100mbps is not available to consumers in most US markets. Its not even available to businesses in all markets and where it is available you pay alot for it.
      • Leading?

        "the US is considered a leading nation for many things"

        like what? being the financial centre of the western world isn't about leading

        I've always considered US to be the leading edge on media drama, capitalistic idiots and self hype. But I honestly can't think of any - and I mean ANY - leading anything to come out of "THE(/OUR) STATES" in a while.

        Half of Europe has started subscribing to the idea of 'the American dream' as though it is attainable. It actually repulses me to a degree that I feel like setting fire to my American passport and apologising for our exports.

        Why can't we actually lead? With some integrity, honesty and direction? Forget the 300Mbps connection, free healthcare anyone?

        P.S. had a rather bad morning, apologies
        • I understand

          I often feel the same way about it.
          Hey no one is gonna pass our trade deficit anytime soon! We're number 1!
        • Leading no matter where we go?

          "free healthcare anyone?"

          There's no such thing as "free" healthcare. There's simply healthcare paid for by someone else.

          I would like America to resume the leadership role where freedom is concerned. Freedom is not letting the government dictate the lightbulbs you use, or provide you with cradle-to-grave healthcare. Freedom is having authority over your own life and responsibility for it. So, if you want healthcare, don't be a feudalistic serf and have your employer provide it. Don't be a socialist drone and have the government provide it. Work for what you want and buy it for yourself. Don't force me to join a government program (or pay a $1,000 fine) just because *you* want to be able to visit the doctor every time you get a hangnail, at no charge to *you*.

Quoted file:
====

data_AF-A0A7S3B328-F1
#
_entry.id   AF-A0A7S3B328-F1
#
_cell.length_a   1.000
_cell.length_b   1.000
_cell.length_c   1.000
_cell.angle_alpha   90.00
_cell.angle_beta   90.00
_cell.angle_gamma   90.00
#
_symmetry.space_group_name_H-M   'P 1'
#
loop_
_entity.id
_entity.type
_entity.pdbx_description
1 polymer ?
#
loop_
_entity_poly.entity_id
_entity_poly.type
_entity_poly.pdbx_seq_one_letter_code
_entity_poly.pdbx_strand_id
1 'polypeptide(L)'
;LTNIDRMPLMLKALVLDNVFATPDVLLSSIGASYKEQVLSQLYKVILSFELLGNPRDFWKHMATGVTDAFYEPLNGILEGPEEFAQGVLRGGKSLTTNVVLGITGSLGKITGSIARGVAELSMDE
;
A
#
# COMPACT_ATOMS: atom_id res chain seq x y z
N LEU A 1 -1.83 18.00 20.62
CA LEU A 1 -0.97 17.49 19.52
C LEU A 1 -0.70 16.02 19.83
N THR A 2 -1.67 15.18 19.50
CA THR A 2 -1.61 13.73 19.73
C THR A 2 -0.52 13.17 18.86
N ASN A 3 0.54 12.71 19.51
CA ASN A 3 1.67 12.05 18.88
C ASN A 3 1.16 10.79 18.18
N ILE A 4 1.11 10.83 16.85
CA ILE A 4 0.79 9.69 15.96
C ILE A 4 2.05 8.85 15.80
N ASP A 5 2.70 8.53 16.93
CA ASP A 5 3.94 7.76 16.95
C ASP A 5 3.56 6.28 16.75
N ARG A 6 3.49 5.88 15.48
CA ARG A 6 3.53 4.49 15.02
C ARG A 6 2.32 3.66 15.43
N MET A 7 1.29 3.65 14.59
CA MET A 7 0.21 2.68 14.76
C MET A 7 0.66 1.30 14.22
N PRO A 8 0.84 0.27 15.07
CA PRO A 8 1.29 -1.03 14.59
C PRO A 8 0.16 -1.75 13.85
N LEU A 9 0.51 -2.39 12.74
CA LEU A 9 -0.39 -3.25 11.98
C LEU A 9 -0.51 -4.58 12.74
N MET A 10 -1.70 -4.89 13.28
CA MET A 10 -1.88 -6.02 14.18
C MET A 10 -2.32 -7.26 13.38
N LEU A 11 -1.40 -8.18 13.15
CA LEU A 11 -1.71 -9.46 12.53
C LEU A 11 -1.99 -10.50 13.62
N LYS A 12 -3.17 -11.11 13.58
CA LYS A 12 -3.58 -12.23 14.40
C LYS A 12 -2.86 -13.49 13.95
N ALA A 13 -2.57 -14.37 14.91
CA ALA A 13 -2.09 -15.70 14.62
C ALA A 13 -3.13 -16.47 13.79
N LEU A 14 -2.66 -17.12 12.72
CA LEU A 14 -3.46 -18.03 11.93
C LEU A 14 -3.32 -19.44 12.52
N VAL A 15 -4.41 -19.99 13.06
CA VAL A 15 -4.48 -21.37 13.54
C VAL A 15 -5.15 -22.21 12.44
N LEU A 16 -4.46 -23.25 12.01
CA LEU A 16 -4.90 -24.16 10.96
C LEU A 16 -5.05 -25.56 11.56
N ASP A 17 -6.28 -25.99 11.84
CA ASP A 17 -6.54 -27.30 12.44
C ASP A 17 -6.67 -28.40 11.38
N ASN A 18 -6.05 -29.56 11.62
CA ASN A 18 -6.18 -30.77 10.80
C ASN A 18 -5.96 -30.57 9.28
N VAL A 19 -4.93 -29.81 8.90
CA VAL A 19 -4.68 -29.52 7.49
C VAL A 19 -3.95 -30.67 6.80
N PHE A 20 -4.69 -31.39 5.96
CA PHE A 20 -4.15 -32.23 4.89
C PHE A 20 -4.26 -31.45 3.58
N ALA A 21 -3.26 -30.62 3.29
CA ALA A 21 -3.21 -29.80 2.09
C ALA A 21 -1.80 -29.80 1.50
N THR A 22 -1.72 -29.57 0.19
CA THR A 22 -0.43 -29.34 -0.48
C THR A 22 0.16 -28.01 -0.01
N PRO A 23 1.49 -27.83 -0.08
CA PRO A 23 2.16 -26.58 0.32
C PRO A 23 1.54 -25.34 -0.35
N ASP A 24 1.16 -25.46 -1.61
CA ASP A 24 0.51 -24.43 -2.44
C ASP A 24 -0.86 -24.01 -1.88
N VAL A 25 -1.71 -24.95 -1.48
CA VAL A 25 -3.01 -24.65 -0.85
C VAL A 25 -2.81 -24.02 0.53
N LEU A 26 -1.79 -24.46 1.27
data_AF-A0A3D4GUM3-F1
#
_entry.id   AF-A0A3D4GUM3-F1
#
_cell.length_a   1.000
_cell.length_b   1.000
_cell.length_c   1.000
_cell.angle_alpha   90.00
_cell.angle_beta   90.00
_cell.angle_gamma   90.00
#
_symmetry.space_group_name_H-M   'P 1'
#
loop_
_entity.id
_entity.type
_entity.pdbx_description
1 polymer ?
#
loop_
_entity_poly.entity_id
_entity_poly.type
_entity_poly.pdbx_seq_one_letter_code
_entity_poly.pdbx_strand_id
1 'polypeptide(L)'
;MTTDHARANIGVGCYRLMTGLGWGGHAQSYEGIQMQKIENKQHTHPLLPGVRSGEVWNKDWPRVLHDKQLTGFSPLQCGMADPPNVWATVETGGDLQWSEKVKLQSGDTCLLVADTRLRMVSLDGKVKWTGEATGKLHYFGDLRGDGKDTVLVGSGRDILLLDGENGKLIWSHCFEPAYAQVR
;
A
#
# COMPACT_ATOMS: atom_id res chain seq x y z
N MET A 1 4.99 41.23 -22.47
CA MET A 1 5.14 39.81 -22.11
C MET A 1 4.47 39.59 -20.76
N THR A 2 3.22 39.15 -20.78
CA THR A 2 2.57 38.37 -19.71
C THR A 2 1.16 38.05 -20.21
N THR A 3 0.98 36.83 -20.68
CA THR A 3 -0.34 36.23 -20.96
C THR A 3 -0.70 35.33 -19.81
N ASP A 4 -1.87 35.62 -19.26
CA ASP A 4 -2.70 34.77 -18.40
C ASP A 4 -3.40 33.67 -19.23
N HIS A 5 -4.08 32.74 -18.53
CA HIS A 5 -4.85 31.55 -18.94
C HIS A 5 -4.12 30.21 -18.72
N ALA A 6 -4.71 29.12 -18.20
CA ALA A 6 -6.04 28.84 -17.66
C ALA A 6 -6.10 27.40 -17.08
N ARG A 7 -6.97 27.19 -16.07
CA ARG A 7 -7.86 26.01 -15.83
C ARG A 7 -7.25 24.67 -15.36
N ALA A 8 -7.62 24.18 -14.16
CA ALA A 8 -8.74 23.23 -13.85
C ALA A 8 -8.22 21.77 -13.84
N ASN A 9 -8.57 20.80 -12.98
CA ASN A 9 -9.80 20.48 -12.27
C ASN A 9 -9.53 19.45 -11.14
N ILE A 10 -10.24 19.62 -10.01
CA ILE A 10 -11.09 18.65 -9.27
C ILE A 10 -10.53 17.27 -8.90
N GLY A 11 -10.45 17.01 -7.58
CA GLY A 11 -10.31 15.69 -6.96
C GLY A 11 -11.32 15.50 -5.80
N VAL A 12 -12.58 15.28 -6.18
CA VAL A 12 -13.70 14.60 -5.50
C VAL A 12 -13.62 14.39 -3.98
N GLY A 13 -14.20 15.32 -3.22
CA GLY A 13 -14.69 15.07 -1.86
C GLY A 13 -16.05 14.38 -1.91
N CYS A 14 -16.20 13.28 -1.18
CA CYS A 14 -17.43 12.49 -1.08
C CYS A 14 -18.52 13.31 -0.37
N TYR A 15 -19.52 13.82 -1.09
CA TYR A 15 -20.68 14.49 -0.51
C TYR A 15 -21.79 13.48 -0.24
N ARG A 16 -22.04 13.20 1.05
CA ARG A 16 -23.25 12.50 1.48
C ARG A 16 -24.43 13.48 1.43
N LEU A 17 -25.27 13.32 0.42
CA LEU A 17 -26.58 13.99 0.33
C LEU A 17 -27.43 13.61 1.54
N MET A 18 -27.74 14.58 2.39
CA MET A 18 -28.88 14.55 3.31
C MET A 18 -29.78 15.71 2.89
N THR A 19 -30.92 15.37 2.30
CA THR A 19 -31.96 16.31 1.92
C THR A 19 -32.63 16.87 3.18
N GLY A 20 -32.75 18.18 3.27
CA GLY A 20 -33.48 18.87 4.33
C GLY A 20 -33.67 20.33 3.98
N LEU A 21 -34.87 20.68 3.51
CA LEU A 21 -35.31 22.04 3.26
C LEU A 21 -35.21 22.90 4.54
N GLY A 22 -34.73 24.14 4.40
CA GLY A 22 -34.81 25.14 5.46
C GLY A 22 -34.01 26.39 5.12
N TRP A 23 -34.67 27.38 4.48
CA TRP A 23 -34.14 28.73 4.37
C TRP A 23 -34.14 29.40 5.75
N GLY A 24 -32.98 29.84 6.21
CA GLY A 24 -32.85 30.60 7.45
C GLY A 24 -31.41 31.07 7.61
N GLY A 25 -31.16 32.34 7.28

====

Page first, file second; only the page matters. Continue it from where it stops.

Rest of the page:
America used to be the leading beacon in the concept of individual liberty, where each of us was considered competent to run our own lives. Now we're all potential terrorists and incompetents; we must be coerced to strap ourselves into our vehicles whether we want to or not and instead of happily sitting on mommy's lap, today's baby is likewise strapped into a torture chair in the back seat; the decision made by the government and not the parents (but when the baby gets old enough for an abortion... suddenly only then is it her body).
          The only thing we are considered competent to handle is the voting booth... provided we vote for the left candidate.